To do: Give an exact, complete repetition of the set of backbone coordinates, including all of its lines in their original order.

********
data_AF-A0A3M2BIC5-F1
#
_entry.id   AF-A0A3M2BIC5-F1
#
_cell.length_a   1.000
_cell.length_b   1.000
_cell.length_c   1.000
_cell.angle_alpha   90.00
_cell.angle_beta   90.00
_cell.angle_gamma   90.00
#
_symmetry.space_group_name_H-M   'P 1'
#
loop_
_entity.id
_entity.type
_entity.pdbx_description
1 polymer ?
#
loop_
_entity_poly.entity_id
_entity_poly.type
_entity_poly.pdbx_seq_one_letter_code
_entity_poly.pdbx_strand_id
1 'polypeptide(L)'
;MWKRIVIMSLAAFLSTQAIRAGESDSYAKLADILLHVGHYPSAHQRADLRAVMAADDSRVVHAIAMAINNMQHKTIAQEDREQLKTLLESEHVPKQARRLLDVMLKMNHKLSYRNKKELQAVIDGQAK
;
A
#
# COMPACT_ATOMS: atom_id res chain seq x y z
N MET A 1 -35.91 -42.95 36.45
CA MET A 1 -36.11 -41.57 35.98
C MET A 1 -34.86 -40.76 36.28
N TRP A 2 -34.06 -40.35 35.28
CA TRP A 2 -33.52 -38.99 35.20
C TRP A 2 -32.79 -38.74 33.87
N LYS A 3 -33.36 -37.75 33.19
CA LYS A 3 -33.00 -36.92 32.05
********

data_AF-A0A3M2BIC5-F1
#
_entry.id   AF-A0A3M2BIC5-F1
#
_cell.length_a   1.000
_cell.length_b   1.000
_cell.length_c   1.000
_cell.angle_alpha   90.00
_cell.angle_beta   90.00
_cell.angle_gamma   90.00
#
_symmetry.space_group_name_H-M   'P 1'
#
loop_
_entity.id
_entity.type
_entity.pdbx_description
1 polymer ?
#
loop_
_entity_poly.entity_id
_entity_poly.type
_entity_poly.pdbx_seq_one_letter_code
_entity_poly.pdbx_strand_id
1 'polypeptide(L)'
;MWKRIVIMSLAAFLSTQAIRAGESDSYAKLADILLHVGHYPSAHQRADLRAVMAADDSRVVHAIAMAINNMQHKTIAQEDREQLKTLLESEHVPKQARRLLDVMLKMNHKLSYRNKKELQAVIDGQAK
;
A
#
# COMPACT_ATOMS: atom_id res chain seq x y z
N MET A 1 -35.91 -42.95 36.45
CA MET A 1 -36.11 -41.57 35.98
C MET A 1 -34.86 -40.76 36.28
N TRP A 2 -34.06 -40.35 35.28
CA TRP A 2 -33.52 -38.99 35.20
C TRP A 2 -32.79 -38.74 33.87
N LYS A 3 -33.36 -37.75 33.19
CA LYS A 3 -33.00 -36.92 32.05